differences, but there are dissimilarities. I could try
to explain this by using a 'symptom' I have been
thinking about. I don't have a driving licence, and I
don't intend to get one. The reason is both very sim-
ple and complex. When you drive a car you are
forced to react motorically to the surrounding
world, by reading it through a certain set of codes,
signal colours, traffic signs, patterns of movement. It
would quite simply be impossible for me (and very
probably dangerous) to conform to this kind of vis-
ual control. My painting is the opposite, to orient
myself again and again in a spatiality in which there
is no given place from which I myself or what is out-
side me can be zoomed in on. I can't separate or
screen off visuality, what comes in through my eyes,
from other kinds of sensory perception. That is why
paint is my medium, paint in itself already contains
an inexhaustible potential. And then comes the
challenge of using it, and at the same time excluding
and avoiding things that are visually recognisable.
For example, the other day, when I was painting and
was focusing on a red streak on white paint, I got a
real taste of Marianne caramel in my mouth.

RR: It sounds as though you were in a borderline
situation of meaning. This usually refers to two
types of situation, either a state in which there is not
yet any meaning, or another in which it can no
longer be expressed. I wonder whether in your
painting this could involve a third variant, made
possible precisely by the fact that your practice is
not verbal, but that of painting. So, what interests
me is that, even if we, as viewers faced with your
paintings, can experience a'borderline situation of
meaning', it is at the same time possible to establish
communication with the work. We are not left out-
side. My idea is that this is not a matter of a state be-
fore the sign or after the dissolution of the sign, but
a third alternative, a parallel communication occur-
ring alongside what happens on the symbolic level.
A communication in which the symbols are replaced
by handholds in the specific materiality of painting.

NR: Sounds reasonable, but with the reservation
that you are not going to refer to Julia Kristeva's
ideas about the relationship between creativity and
the mother's body, or rather to the loss of it. Despite
the fact that it is not my job to interpret my paint-
ings, this terminology makes me a shade sceptical?

RR: In what way sceptical?

NR: Quite simply because a term like, for example,
the mother's body is far too visual and concrete
(even if it is also an abstraction) when referring to
painting. Then we are again stuck in the network of
representation via language, on a level I try to get
away from, i.e. from images in painting. Somehow
going in reverse.

RR: Seriously, what I am thinking of here is related
to the concept of estrangement. Since, in Lacanian
terminology, our knowledge of the world is
founded on imaginary identification (via mirroring),
we end up in a state of estrangement. Our self is
actually based on something that exists outside our-
selves. What I would claim is that your paintings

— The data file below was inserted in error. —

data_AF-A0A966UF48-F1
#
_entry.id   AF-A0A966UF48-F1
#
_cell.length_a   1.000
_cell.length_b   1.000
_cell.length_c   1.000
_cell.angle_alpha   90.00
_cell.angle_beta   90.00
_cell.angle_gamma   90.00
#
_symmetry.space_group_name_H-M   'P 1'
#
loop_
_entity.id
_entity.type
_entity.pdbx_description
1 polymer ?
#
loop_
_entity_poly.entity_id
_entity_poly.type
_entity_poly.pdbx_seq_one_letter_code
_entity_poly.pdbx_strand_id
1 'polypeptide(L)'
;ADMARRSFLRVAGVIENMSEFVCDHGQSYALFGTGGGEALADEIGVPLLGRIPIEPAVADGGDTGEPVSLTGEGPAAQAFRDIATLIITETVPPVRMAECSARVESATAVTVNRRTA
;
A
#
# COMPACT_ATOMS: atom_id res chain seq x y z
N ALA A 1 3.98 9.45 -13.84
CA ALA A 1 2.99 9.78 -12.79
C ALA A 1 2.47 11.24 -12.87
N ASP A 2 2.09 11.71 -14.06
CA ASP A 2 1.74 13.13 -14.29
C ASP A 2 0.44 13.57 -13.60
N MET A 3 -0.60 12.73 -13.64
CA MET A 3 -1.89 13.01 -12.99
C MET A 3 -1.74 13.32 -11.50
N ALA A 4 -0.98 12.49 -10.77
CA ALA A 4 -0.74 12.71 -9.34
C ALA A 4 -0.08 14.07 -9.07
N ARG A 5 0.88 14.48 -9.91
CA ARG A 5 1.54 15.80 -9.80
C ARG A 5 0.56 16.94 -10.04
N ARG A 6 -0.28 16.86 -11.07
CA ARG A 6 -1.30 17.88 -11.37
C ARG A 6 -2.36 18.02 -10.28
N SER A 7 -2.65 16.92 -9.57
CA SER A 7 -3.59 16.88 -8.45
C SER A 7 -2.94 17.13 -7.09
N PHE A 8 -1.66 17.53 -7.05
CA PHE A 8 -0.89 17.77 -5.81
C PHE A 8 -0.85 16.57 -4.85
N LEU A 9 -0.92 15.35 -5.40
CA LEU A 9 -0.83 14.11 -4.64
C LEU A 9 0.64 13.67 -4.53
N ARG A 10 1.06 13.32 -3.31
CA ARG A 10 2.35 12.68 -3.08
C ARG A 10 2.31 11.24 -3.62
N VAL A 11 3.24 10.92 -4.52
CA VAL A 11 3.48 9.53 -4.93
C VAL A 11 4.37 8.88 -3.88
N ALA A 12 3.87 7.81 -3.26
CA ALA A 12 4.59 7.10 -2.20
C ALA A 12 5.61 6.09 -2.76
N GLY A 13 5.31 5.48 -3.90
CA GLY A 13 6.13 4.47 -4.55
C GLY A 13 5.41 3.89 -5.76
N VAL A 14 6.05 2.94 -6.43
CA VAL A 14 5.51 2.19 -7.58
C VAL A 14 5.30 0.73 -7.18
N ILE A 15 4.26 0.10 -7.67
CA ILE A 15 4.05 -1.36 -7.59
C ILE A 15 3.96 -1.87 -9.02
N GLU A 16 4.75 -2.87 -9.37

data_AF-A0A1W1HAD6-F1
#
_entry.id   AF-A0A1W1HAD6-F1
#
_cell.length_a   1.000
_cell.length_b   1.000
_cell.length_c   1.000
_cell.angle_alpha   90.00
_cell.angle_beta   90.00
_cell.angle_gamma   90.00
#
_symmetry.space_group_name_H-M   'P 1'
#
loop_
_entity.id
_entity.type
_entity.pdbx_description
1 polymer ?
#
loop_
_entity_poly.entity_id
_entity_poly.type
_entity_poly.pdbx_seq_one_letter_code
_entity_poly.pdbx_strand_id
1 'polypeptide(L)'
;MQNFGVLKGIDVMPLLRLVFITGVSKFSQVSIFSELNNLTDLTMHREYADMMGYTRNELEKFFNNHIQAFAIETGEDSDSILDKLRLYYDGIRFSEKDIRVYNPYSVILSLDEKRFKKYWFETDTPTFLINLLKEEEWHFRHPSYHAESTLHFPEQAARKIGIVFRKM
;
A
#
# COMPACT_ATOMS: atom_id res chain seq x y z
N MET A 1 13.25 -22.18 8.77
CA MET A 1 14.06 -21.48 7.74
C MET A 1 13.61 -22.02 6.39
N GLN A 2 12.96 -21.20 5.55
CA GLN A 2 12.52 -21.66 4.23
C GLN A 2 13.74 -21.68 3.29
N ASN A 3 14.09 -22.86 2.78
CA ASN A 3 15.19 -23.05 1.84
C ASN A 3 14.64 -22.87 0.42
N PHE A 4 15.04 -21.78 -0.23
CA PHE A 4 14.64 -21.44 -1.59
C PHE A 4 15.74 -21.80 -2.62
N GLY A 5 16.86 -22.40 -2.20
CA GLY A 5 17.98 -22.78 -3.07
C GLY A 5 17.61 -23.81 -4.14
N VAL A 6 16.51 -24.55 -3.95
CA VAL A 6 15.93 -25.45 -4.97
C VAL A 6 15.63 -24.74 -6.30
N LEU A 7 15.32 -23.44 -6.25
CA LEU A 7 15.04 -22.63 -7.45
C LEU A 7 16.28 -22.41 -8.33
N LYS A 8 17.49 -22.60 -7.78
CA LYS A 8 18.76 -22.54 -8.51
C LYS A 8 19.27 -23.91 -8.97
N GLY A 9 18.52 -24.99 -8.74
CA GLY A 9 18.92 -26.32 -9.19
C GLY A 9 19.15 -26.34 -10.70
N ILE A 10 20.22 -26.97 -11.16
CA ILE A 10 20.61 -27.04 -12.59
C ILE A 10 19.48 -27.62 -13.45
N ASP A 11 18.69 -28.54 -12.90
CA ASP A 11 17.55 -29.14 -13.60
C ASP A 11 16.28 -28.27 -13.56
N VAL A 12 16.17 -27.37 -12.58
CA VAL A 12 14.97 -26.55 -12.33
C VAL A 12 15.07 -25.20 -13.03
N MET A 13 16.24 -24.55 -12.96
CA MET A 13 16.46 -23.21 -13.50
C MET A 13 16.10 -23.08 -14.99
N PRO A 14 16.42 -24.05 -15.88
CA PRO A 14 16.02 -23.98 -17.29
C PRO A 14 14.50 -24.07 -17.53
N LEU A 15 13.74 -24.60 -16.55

avoid alienation. We can as though become assimi-
lated into them, enter into them via the senses. They
function as fixed points for a kind of surprising
assimilation, completely independent of the laws of
symbolic representation. I relate the spatial dis-
orientation you work with to a removal of precisely
the boundary that separates off, and at the same
time creates, the self, and thereby also the Other,
the place we speak from. The paintings realise a sen-
sory utopia, the perception of being able to move
about and orient oneself unhindered, because there
is no outside. A making real that is impossible
according to the principles of logic.

NR: I understand. But that does not go against the
fact that I am concerned with clarity. Not as a
simplification, but as a split-second realisation of a
moment in which a physically experienced clarity, a
painted one, is transmuted like a nerve impulse into
something else. For me this is true realism.

Narrow and Broad
Thick and Thin

Difference as the prerequisite for communication,
to see both one thing and another, even though they
are neither alike nor unlike each other.--Jussi Niva
measures and calculates sizes, distances and propor-
tions. At Kluuvi Gallery in 1990 he showed his
Measuring instruments, and the viewer could take a
direct step into the dynamics of procedure. Niva's
colour vision also conforms to bou.ndaries that are
carefully tested. As though through the application
of paint to a snowy landscape in Snow-Clad, or
through the rainbow in Borrowed Landscape, we
were able to participate in an extreme visuality. The
eye here virtually exists for the experience of physi-
cal presence.
In Japanese culture the relationship to the un-
familiar is expressed using words like 'thick' and
'thin'. Handy words to use in a culture where rela-
tions to the stranger are dealt with through a form
of assimilation instead of a drawing of boundaries.
When something from outside becomes too much
--too thick--theJapanese person makes it thinner
he cuts away and creates a new shape. When, in re-
sponse to Nina Roos' painting, I think of the word
'materiality', I specifically associate it with the
simplicity of the way, that in switching between
thick and thin the paint constantly gives the painting
fixed points. In Roos' way of working with paint and
acrylic sheet there is a built-in guarantee that the
vanishing of boundaries will not become the same as
an encounter with the void. So long as we sense,
sense thick and thin, we are physically present.

Catalogue text from the exhibition at Sara Hildén Art Museum in Tampere 12.11.1994 - 12.2.1995.
Translation: Michael Garner